Ridiculous NCAA Proposal Does Not Favor Evolving Football Programs

 

Nov 30, 2013; Los Angeles, CA, USA; UCLA Bruins quarterback Brett Hundley (17) eludes Southern California Trojans defensive end Leonard Williams (94) to score on a 4-yard touchdown run in the third quarter at Los Angeles Memorial Coliseum. Mandatory Credit: Kirby Lee-USA TODAY Sports

Nov 30, 2013; Los Angeles, CA, USA; UCLA Bruins quarterback Brett Hundley (17) eludes Southern California Trojans defensive end Leonard Williams (94) to score on a 4-yard touchdown run in the third quarter at Los Angeles Memorial Coliseum. Mandatory Credit: Kirby Lee-USA TODAY Sports

The NCAA has a proposal that would penalize teams for playing fast. This is not a joke. In the recent years, football teams have been trying to use speed as an offensive tool. This upsets a lot of “traditional” programs that try to use power as a defensive tool. Lately, it has not favored these ‘Power Programs’ and they are complaining to the NCAA because they cannot stop the progress of an evolving football game.

The proposal in question, would allow defenses to substitute in the offense’s first 10 seconds of the play clock, in which the offense cannot snap the ball or they will receive a “Delay Of Game” penalty.

This is awkward and slightly infuriating, especially since UCLA would be one of the teams this rule affects.

Doing something that has so much tradition embedded in it, often makes it hard for people to see how it is evolving. Football will always be football, there is no doubt about that, but as time goes on, individuals will evolve the game and make it better.

Then there are those that are so wrapped up in their tradition, they will do anything to disrupt the evolution of the game. This could be said about a great many things in life, but for this piece, let us focus in on a few coaches with differing views on the matter.

Jan 2, 2014; New Orleans, LA, USA; Alabama Crimson Tide head coach Nick Saban prior to kickoff of a game against the Oklahoma Sooners at the Mercedes-Benz Superdome. Mandatory Credit: Derick E. Hingle-USA TODAY Sports

In a piece from MrSEC.com, Alabama Head Coach Nick Saban shows his distaste for the evolved no-huddle offenses and uses the guise of “defensive player injuries” to make his case.

This is football. There will always be injuries, Coach Saban. The reason he is vocal against no-huddle/fast offenses is because he cannot stop it. If he cannot stop it, he cannot win. If he cannot win, then he will no longer be relevant. Now that is scary for a coach who bathes in relevance.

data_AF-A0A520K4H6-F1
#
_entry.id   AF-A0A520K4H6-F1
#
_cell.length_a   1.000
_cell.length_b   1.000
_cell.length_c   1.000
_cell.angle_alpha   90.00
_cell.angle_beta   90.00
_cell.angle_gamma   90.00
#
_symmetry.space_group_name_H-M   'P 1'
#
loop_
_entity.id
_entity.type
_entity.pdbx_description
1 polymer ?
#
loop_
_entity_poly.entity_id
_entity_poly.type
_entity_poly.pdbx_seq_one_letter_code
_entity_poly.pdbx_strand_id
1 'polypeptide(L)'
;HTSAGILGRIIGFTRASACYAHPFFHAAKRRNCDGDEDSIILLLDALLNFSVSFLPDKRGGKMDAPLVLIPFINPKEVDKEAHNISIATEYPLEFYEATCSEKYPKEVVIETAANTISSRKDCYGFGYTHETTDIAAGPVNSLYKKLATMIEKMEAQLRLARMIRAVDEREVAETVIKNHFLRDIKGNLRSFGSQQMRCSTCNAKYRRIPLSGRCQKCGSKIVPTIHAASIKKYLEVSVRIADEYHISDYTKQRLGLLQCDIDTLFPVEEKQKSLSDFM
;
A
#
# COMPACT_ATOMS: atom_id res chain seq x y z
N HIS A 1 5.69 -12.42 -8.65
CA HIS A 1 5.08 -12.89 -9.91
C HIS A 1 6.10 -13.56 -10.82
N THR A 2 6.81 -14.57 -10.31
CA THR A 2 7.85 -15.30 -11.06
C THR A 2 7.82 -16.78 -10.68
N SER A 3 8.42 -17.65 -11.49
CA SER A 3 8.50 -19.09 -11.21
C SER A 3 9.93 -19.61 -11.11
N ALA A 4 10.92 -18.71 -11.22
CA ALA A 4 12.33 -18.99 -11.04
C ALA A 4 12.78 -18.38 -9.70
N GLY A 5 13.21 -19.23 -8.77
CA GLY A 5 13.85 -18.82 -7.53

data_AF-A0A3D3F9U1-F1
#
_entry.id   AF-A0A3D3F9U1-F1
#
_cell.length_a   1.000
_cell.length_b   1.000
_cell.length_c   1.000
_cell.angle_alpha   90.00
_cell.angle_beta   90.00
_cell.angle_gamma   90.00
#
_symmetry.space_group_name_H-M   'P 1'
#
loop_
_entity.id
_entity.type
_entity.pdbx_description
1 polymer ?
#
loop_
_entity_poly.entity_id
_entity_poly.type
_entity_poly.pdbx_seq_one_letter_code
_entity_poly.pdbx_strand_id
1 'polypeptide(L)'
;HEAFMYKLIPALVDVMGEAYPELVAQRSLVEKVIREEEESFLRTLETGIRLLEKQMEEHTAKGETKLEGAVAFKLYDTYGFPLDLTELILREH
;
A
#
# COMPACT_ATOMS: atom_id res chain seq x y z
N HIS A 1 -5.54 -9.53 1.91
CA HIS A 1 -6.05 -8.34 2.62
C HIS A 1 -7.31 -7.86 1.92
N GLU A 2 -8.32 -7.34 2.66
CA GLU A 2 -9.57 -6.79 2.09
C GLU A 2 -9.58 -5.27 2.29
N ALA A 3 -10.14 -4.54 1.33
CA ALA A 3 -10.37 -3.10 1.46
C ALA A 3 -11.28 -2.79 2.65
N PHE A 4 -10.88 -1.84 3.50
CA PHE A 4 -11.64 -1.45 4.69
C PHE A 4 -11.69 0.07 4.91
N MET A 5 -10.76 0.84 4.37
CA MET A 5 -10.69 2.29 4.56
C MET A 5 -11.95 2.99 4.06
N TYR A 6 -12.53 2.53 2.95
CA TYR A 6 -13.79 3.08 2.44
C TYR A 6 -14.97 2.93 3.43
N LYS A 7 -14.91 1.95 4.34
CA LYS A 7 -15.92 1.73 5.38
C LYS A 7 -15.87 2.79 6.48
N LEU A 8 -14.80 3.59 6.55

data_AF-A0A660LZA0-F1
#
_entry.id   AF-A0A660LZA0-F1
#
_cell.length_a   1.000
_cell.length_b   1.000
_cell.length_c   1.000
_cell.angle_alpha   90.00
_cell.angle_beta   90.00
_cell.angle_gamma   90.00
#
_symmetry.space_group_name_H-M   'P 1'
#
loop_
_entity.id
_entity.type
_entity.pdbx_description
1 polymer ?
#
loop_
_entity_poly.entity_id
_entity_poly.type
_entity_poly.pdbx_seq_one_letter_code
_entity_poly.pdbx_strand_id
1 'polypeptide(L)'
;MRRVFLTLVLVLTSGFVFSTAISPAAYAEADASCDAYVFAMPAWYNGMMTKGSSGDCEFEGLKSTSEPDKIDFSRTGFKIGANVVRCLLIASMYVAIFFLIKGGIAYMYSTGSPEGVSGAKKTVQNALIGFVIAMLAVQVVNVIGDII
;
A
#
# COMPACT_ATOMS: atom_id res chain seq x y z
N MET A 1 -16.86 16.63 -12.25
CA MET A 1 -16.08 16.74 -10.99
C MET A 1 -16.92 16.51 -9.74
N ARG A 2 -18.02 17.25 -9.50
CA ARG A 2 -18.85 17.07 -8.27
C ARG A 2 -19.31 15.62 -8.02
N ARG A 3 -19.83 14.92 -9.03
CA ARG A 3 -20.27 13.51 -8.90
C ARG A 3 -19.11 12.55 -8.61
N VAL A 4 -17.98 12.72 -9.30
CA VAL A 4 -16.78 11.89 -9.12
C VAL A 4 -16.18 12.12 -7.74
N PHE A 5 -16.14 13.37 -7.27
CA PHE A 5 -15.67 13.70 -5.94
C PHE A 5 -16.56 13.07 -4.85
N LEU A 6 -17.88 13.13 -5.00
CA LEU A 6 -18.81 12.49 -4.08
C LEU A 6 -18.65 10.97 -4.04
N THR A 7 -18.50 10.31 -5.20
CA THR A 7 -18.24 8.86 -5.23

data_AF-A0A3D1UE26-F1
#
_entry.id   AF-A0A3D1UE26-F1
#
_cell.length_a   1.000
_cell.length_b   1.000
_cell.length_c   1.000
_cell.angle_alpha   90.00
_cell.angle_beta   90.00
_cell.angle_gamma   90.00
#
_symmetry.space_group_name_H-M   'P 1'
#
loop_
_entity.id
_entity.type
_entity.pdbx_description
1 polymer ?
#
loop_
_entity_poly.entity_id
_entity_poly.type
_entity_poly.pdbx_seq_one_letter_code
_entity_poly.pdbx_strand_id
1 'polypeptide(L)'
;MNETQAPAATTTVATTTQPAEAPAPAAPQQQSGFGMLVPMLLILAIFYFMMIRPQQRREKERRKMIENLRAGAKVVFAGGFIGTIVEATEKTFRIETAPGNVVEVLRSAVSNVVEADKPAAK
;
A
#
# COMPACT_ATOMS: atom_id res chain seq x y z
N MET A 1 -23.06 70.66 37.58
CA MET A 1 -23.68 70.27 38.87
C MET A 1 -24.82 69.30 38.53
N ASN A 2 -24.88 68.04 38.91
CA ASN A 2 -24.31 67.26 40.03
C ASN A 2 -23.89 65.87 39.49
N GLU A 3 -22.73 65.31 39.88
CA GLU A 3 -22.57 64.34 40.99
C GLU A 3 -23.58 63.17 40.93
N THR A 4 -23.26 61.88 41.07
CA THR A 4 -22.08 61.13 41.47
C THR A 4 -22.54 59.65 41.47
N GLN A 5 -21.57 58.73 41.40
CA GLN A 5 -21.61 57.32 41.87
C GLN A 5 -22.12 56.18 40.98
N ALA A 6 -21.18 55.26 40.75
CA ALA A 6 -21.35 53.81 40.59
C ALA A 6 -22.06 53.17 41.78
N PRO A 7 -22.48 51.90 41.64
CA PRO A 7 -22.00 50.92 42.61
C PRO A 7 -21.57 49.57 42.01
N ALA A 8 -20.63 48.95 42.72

Nov 23, 2013; Tucson, AZ, USA; Arizona Wildcats head coach Rich Rodriguez reacts against the Oregon Ducks at Arizona Stadium. Arizona defeated Oregon 42-16. Mandatory Credit: Mark J. Rebilas-USA TODAY Sports

In ESPN’s Pac-12 Blog, Arizona Head Coach Rich Rodriguez summed it up best:

It’s a joke. It’s ridiculous, and what’s most ridiculous is did you see what the penalty is going to be called? Delay of game! That’s the ultimate rules committee decision. Make the game slower and call it delay of game. -Rich Rodriguez

Ridiculous indeed, Coach Rodriguez, because this affects his team as well as several other programs which have recently included this fast-paced style of football to their regimen. UCLA is one of them.

The Bruins play a “tempo offense”, simply put, they play a fast game. If this new rule were to take effect in the coming seasons, UCLA’s style of football will slow down.

That is not how the #BruinRevolution rolls.

Via LATimes.com, UCLA Offesnvie Coordinator Noel Mazzone also had something to say about the proposal.

Why don’t we just do away with the play clock and wait for the defense to say they’re ready? We could have the quarterback go over to the other team’s sideline and ask if it’s OK to snap the ball. –Noel Mazzone

UCLA is not as quick off the line as some of the super speedsters like Oregon, but a rule like this will force them to play a style of football that is not their own. That is where another problem could occur. Would this this be the NCAA telling teams how to play football?

That idea is not as crazy as it sounds. Nick Saban definitely has influence in college football, but does he have enough pull to actually make this happen?

That fact is, Saban The Great cannot figure out this style of football and it is driving him nuts. Sorry, sir, it is not personal, it is evolution. Hopefully the NCAA will figure that out as well and keep these propositions out of the rule books in the future.

Mike W.R.

Twiter: @TheBigDisco

Topics: Football, UCLA Bruins

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